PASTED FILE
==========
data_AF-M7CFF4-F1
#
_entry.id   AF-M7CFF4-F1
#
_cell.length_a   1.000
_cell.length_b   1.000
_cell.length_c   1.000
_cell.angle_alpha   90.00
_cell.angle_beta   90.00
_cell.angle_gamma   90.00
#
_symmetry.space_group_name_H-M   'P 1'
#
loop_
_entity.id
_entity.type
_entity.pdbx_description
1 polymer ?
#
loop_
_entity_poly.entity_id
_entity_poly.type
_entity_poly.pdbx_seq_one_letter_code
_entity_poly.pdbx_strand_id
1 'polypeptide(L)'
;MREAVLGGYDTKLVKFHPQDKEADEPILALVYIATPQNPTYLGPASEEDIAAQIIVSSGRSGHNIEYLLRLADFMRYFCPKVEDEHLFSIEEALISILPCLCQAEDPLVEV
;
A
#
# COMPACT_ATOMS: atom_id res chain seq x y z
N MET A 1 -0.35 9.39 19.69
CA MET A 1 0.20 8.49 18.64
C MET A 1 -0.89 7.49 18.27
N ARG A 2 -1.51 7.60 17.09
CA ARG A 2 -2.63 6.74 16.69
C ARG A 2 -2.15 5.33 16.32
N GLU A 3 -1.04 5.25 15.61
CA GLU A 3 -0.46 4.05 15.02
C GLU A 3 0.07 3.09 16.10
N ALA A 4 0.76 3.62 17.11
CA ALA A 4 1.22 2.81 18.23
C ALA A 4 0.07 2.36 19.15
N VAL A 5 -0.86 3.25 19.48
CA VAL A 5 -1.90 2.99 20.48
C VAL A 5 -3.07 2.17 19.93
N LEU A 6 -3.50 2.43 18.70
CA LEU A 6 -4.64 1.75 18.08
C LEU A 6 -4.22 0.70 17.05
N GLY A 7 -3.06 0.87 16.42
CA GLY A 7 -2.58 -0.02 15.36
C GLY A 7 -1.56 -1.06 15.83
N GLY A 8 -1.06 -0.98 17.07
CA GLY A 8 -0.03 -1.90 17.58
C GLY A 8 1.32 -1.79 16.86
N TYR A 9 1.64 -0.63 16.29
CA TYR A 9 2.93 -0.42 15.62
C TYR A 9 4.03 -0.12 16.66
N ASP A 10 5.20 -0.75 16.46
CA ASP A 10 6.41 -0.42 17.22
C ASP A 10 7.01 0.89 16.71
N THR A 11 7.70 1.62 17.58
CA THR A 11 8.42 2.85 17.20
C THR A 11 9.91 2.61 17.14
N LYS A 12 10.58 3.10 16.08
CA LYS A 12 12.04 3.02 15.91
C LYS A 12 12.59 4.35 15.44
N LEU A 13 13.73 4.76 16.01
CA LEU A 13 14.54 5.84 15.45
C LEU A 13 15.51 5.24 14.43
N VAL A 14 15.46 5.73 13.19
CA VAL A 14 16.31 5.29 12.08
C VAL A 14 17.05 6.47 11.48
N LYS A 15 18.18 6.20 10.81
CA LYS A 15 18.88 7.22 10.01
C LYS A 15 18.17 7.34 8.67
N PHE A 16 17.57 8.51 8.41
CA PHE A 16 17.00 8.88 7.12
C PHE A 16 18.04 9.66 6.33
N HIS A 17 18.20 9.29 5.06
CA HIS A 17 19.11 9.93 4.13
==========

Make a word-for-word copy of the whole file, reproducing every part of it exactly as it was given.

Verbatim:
data_AF-M7CFF4-F1
#
_entry.id   AF-M7CFF4-F1
#
_cell.length_a   1.000
_cell.length_b   1.000
_cell.length_c   1.000
_cell.angle_alpha   90.00
_cell.angle_beta   90.00
_cell.angle_gamma   90.00
#
_symmetry.space_group_name_H-M   'P 1'
#
loop_
_entity.id
_entity.type
_entity.pdbx_description
1 polymer ?
#
loop_
_entity_poly.entity_id
_entity_poly.type
_entity_poly.pdbx_seq_one_letter_code
_entity_poly.pdbx_strand_id
1 'polypeptide(L)'
;MREAVLGGYDTKLVKFHPQDKEADEPILALVYIATPQNPTYLGPASEEDIAAQIIVSSGRSGHNIEYLLRLADFMRYFCPKVEDEHLFSIEEALISILPCLCQAEDPLVEV
;
A
#
# COMPACT_ATOMS: atom_id res chain seq x y z
N MET A 1 -0.35 9.39 19.69
CA MET A 1 0.20 8.49 18.64
C MET A 1 -0.89 7.49 18.27
N ARG A 2 -1.51 7.60 17.09
CA ARG A 2 -2.63 6.74 16.69
C ARG A 2 -2.15 5.33 16.32
N GLU A 3 -1.04 5.25 15.61
CA GLU A 3 -0.46 4.05 15.02
C GLU A 3 0.07 3.09 16.10
N ALA A 4 0.76 3.62 17.11
CA ALA A 4 1.22 2.81 18.23
C ALA A 4 0.07 2.36 19.15
N VAL A 5 -0.86 3.25 19.48
CA VAL A 5 -1.90 2.99 20.48
C VAL A 5 -3.07 2.17 19.93
N LEU A 6 -3.50 2.43 18.70
CA LEU A 6 -4.64 1.75 18.08
C LEU A 6 -4.22 0.70 17.05
N GLY A 7 -3.06 0.87 16.42
CA GLY A 7 -2.58 -0.02 15.36
C GLY A 7 -1.56 -1.06 15.83
N GLY A 8 -1.06 -0.98 17.07
CA GLY A 8 -0.03 -1.90 17.58
C GLY A 8 1.32 -1.79 16.86
N TYR A 9 1.64 -0.63 16.29
CA TYR A 9 2.93 -0.42 15.62
C TYR A 9 4.03 -0.12 16.66
N ASP A 10 5.20 -0.75 16.46
CA ASP A 10 6.41 -0.42 17.22
C ASP A 10 7.01 0.89 16.71
N THR A 11 7.70 1.62 17.58
CA THR A 11 8.42 2.85 17.20
C THR A 11 9.91 2.61 17.14
N LYS A 12 10.58 3.10 16.08
CA LYS A 12 12.04 3.02 15.91
C LYS A 12 12.59 4.35 15.44
N LEU A 13 13.73 4.76 16.01
CA LEU A 13 14.54 5.84 15.45
C LEU A 13 15.51 5.24 14.43
N VAL A 14 15.46 5.73 13.19
CA VAL A 14 16.31 5.29 12.08
C VAL A 14 17.05 6.47 11.48
N LYS A 15 18.18 6.20 10.81
CA LYS A 15 18.88 7.22 10.01
C LYS A 15 18.17 7.34 8.67
N PHE A 16 17.57 8.51 8.41
CA PHE A 16 17.00 8.88 7.12
C PHE A 16 18.04 9.66 6.33
N HIS A 17 18.20 9.29 5.06
CA HIS A 17 19.11 9.93 4.13